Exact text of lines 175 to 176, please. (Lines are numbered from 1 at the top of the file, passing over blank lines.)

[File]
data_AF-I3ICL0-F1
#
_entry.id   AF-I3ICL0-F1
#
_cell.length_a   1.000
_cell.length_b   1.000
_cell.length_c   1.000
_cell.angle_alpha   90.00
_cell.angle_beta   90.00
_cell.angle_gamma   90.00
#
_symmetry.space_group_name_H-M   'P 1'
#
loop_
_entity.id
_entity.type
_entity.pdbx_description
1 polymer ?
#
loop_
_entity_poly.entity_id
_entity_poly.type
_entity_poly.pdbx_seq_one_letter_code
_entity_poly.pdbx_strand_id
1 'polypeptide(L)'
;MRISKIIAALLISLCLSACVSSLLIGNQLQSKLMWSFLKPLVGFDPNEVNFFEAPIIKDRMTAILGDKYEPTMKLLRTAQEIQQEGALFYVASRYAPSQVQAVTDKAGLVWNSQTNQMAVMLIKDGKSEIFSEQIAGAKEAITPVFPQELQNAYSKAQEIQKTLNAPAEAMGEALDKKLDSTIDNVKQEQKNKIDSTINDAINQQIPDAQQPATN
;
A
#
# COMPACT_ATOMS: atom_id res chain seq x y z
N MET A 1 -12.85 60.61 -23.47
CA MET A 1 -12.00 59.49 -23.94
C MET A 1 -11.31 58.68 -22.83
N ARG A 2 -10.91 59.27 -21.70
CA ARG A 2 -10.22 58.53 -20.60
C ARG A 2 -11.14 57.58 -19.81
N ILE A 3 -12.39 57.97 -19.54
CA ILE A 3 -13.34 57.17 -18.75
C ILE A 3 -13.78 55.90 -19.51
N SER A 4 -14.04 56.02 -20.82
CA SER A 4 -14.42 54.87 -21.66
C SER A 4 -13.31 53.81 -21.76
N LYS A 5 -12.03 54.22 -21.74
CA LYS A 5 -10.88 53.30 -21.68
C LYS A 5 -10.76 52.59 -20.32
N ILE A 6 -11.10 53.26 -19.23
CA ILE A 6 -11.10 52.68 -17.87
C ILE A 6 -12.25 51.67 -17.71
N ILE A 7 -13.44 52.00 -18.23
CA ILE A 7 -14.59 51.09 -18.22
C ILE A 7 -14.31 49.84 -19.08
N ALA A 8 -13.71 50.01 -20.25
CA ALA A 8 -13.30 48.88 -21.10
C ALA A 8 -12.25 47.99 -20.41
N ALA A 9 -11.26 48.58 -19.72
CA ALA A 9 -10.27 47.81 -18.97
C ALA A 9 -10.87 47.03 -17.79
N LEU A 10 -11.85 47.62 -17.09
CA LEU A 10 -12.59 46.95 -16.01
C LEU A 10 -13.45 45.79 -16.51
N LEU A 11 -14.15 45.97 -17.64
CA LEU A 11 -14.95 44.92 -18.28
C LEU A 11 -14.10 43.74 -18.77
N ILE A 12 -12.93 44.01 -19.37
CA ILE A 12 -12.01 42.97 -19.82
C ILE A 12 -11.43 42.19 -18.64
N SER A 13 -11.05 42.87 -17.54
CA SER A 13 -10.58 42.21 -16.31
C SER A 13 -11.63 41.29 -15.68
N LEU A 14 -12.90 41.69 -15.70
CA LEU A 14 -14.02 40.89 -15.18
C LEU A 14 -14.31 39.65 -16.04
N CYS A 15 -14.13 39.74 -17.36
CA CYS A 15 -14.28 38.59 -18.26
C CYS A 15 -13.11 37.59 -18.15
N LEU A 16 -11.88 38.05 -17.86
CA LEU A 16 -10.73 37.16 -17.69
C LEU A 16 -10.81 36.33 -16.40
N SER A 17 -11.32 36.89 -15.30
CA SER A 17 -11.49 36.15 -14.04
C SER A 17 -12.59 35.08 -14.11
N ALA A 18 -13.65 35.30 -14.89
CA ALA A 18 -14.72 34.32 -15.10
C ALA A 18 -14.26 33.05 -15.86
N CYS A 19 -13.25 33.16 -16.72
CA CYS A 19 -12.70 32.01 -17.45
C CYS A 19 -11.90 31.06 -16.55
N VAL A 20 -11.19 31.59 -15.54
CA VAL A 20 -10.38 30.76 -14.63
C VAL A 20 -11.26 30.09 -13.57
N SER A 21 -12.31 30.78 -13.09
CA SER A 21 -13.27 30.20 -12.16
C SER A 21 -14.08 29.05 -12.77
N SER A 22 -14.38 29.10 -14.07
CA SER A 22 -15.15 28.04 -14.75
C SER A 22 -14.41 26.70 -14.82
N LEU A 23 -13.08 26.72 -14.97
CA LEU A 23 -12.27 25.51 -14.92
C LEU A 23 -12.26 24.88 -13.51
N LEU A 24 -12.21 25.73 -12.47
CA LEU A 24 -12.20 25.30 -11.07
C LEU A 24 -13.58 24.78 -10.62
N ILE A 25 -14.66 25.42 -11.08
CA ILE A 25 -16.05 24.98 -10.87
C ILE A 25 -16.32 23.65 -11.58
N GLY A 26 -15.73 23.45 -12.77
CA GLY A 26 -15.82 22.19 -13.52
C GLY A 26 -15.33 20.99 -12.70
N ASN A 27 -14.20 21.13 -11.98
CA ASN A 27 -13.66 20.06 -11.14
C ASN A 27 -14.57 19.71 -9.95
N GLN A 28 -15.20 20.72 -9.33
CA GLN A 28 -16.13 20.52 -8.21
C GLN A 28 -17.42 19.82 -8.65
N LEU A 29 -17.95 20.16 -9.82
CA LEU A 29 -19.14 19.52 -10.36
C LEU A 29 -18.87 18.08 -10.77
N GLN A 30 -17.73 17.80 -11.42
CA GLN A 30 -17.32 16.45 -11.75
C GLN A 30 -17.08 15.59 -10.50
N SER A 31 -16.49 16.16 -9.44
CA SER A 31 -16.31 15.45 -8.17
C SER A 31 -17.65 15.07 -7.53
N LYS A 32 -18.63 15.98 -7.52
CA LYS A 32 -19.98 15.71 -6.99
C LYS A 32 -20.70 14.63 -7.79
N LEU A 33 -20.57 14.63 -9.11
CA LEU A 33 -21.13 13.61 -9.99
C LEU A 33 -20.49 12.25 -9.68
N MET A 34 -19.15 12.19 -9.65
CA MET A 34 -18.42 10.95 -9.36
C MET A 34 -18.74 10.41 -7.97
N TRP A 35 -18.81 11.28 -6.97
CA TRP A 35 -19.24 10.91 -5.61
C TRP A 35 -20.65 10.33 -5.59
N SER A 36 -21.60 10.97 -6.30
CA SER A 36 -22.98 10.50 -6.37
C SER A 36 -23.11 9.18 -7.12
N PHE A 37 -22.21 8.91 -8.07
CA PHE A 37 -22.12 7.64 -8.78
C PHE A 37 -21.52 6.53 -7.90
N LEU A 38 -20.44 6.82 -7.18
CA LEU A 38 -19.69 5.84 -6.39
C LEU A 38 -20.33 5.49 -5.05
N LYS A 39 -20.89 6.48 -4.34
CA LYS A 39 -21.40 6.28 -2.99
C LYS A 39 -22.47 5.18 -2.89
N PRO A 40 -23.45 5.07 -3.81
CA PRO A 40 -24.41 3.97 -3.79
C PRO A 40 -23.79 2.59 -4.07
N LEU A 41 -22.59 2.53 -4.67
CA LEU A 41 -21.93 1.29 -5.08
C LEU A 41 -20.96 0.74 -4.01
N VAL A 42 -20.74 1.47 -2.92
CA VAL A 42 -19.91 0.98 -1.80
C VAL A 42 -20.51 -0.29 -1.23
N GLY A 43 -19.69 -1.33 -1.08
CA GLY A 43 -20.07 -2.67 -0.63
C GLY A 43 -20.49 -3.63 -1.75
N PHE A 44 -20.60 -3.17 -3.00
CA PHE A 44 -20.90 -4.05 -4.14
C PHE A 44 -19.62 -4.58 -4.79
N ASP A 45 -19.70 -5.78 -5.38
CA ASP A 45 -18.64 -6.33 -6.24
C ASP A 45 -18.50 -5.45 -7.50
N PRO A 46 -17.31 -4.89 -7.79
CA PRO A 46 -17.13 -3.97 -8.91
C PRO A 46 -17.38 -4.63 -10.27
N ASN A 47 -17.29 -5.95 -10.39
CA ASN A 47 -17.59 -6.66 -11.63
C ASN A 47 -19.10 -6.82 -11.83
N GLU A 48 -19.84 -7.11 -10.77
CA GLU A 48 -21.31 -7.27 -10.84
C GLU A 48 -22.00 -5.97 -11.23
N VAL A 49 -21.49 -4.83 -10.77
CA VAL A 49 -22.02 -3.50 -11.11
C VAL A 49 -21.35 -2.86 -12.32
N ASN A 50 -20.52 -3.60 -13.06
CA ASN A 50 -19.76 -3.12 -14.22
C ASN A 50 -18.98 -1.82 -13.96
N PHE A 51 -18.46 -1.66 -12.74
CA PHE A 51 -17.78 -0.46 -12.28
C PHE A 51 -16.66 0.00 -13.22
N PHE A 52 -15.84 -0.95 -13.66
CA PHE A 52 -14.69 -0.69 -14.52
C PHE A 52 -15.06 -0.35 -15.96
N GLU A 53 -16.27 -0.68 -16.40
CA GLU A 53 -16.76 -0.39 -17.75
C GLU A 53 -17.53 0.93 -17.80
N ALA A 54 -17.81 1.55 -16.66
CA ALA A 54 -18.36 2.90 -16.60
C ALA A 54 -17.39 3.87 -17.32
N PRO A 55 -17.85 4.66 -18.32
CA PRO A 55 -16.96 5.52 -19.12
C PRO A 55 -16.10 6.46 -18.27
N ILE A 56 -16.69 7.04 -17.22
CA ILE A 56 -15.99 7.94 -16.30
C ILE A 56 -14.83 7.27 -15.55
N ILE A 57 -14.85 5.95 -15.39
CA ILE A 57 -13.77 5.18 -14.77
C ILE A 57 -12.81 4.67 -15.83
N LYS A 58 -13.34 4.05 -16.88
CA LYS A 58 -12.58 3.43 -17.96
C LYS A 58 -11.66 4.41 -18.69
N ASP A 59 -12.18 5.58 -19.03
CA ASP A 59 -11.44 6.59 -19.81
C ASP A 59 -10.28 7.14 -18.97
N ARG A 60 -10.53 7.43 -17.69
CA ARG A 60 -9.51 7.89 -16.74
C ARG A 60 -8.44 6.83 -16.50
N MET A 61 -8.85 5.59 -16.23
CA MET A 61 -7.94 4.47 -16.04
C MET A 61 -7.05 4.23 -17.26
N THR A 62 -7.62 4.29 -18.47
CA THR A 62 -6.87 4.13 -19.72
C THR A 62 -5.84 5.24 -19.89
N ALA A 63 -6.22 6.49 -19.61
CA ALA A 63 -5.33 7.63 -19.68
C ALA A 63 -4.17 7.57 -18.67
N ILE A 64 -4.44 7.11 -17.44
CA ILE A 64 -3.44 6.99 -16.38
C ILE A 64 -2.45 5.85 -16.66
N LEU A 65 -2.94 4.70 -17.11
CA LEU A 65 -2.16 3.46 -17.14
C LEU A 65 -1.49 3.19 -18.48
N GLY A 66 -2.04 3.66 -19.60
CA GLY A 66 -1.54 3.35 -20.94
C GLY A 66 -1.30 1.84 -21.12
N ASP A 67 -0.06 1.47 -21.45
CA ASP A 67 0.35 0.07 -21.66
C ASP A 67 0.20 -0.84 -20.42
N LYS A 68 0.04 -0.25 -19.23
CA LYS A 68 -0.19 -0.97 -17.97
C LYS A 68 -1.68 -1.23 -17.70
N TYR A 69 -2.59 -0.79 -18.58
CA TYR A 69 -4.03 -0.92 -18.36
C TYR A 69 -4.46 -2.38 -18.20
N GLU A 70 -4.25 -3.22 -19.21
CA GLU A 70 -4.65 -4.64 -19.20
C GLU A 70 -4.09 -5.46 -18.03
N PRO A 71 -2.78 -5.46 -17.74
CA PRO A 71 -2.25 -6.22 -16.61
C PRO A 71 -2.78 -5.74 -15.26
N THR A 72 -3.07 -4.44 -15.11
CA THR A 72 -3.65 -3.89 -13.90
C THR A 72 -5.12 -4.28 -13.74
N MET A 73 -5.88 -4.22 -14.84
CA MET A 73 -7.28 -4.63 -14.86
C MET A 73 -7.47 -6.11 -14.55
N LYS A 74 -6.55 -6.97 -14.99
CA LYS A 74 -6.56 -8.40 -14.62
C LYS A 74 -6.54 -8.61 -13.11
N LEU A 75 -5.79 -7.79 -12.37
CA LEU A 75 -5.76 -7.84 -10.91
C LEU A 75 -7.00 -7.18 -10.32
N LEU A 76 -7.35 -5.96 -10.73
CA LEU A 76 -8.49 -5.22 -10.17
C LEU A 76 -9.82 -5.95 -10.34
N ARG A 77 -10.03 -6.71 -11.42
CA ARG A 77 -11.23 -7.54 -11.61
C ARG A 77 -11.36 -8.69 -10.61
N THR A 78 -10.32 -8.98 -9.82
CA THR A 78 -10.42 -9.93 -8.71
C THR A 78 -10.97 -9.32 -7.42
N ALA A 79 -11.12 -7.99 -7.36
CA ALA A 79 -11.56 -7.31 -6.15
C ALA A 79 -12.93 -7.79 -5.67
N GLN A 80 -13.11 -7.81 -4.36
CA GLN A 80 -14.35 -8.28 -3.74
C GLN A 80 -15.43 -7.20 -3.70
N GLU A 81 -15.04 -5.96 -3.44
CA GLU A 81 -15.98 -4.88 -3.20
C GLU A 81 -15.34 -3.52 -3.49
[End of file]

N VAL A 49 -21.49 -4.83 -10.77
CA VAL A 49 -22.02 -3.50 -11.11